Powdered-metal connecting rods join floating-pin pistons to a forged-steel crankshaft. Individual oil squirters cool each piston. Stainless-steel headers route exhaust gases through dual exhaust pipes that are 1/4 inch larger in diameter than the regular 300C's. Ride & Handling Here again, SRT has not held back. The spring rates are firmer, with Bilstein gas shock absorbers to match. The bushings are upgraded and the stabilizer bars are larger. The first thing I noticed while driving the 300C SRT8 was how comfortable the ride is regardless of the suspension changes. This is not the type of performance upgrade that disqualifies a large segment of potential buyers. All the same, when thrown into a corner, the car's roadholding is excellent and the degree of body roll seems perfectly appropriate for this vehicle. The car's natural tendency is toward understeer, but thanks to the rear-wheel drive, one can use the responsive accelerator to balance the weight over all four wheels for maximum cornering traction.
Even on a modest autocross course, this land barge feels more like a Jet Ski. The lowered suspension and controlled body roll keep the car from throwing its weight around, and the tires lend impressive grip. Should they lose traction, the standard ESP keeps the car in line. It's calibrated to be less intrusive than the regular car's, allowing a bit more sliding. SRT cites a lateral acceleration of 0.88 g on the track. The engineers say the rear spoiler increases downforce on the rear wheels by 39 percent without increasing the car's coefficient of drag.
Where vehicles from SRT and some of its competitors' performance divisions differ from simple "sport" trim levels is that they're built as complete systems. Simply swapping out standard shocks for firmer ones seldom improves any aspect of the ride and handling without degrading another. (The same is true of some adaptive suspension systems with soft/firm settings.) Also, if you make a car capable of cornering faster, you're likely to drive faster. That means you need stronger brakes and might desire greater acceleration. This is where serious performance divisions earn their stripes. The Inside The gray-on-gray interior features heated leather sport bucket seats. A combination of suede cushion inserts and prominent side bolsters keep occupants in place during sporty driving. I always suspect that some larger folks might find side bolsters uncomfortable, but they're not a problem for people of at least average size. Though the low bolsters are exaggerated, there's no restriction for one's upper back and shoulders, which goes a long way in accommodating many different occupant sizes. Power-adjustable pedals and a power tilt/telescoping steering wheel make this big car unusually friendly to a wide range of driver sizes. Power seats and a driver's memory function make sharing a non-issue.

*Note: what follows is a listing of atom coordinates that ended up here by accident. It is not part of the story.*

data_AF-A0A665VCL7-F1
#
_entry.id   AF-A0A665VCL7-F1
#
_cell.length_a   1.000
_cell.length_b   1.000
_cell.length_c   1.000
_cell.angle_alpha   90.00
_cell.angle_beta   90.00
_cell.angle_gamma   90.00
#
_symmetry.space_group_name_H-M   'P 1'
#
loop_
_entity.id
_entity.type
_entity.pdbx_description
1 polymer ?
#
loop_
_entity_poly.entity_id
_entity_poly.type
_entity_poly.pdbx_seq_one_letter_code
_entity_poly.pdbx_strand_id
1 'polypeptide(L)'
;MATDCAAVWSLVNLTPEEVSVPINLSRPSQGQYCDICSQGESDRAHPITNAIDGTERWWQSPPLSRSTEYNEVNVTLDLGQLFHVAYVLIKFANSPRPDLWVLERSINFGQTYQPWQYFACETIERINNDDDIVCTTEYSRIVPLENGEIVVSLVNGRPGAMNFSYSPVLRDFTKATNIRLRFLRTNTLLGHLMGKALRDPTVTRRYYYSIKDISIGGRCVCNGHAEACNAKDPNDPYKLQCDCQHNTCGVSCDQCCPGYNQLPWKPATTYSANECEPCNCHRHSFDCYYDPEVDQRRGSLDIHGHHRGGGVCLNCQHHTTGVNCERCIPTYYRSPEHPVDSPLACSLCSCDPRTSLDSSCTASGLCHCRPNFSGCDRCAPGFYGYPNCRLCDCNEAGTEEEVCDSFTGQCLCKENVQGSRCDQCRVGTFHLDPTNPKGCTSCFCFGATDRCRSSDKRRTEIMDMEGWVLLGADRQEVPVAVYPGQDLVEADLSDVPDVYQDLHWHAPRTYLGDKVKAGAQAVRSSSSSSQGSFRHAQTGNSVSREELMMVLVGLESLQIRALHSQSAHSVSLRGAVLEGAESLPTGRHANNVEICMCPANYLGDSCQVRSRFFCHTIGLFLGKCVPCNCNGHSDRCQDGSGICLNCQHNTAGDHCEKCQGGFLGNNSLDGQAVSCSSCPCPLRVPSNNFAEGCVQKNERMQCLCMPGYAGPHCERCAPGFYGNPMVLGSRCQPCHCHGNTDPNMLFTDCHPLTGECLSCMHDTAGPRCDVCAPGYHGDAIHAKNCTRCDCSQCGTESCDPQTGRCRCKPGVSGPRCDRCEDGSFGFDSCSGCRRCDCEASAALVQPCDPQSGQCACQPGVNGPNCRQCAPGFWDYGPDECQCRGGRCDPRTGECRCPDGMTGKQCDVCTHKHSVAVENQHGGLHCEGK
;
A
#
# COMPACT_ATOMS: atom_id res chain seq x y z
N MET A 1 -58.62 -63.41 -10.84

The leather on the steering wheel, gear selector and door pulls is textured for a sportier look and feel. One of the regular 300's weakest points, the too-common plastic-looking faux metal trim, is mitigated in the SRT8 by a textured bezel on the center control stack that has a more authentic metal look and feel. Safety With the exception of the performance upgrades, which one could argue are active-safety provisions, the 300C SRT8 has the same standard and optional safety features as the regular model. Not already mentioned are standard multistage front airbags with occupant classification for the passenger seat. Side-impact airbags for the front seats come in a package with side curtain-type airbags that cover the front and rear side windows. Cargo & Towing While the base 300 is rated to tow up to 1,000 pounds and the 4.7-liter V-6 and 5.7-liter Hemi raise the capacity to 2,000 pounds, Chrysler doesn't recommend towing with the 300C SRT8. Its generous cabin and trunk volumes are the same as the regular model's. Features Notable standard features not already mentioned include electrochromatic interior and driver's side review mirrors and all-speed traction control. Additional standard features that are optional on other trim levels include xenon high-intensity-discharge headlights with washers, sonar-based rear park assist, and a cigar lighter and ashtray that add a second 12-volt accessory outlet. The SRT8 is also the only 300 to come standard with a premium stereo featuring AM/FM/cassette, an MP3-capable six-CD changer, Boston Acoustics speakers and 276 peak watts.
The car's few options include more amplifier power and a subwoofer, Sirius Satellite Radio, a GPS-based navigation system, the UConnect Bluetooth-based hands-free cellular phone system and a power moonroof. Chrysler 300C SRT8 in the Market For just more than $6,000 on top of the 300C's sticker price, the SRT8 gives you an awful lot. I can't say enough about the SRT division's commitment to building complete performance cars -- and the well-rounded products that result. Surprise demand spurred Dodge to produce almost 10,000 SRT4 pocket rockets since its introduction. SRT officials say it's unlikely that the 300C SRT8 will be cranked out in similar numbers; production might be capped to ensure exclusivity. This car is definitely priced to sell, so if you're interested, act now.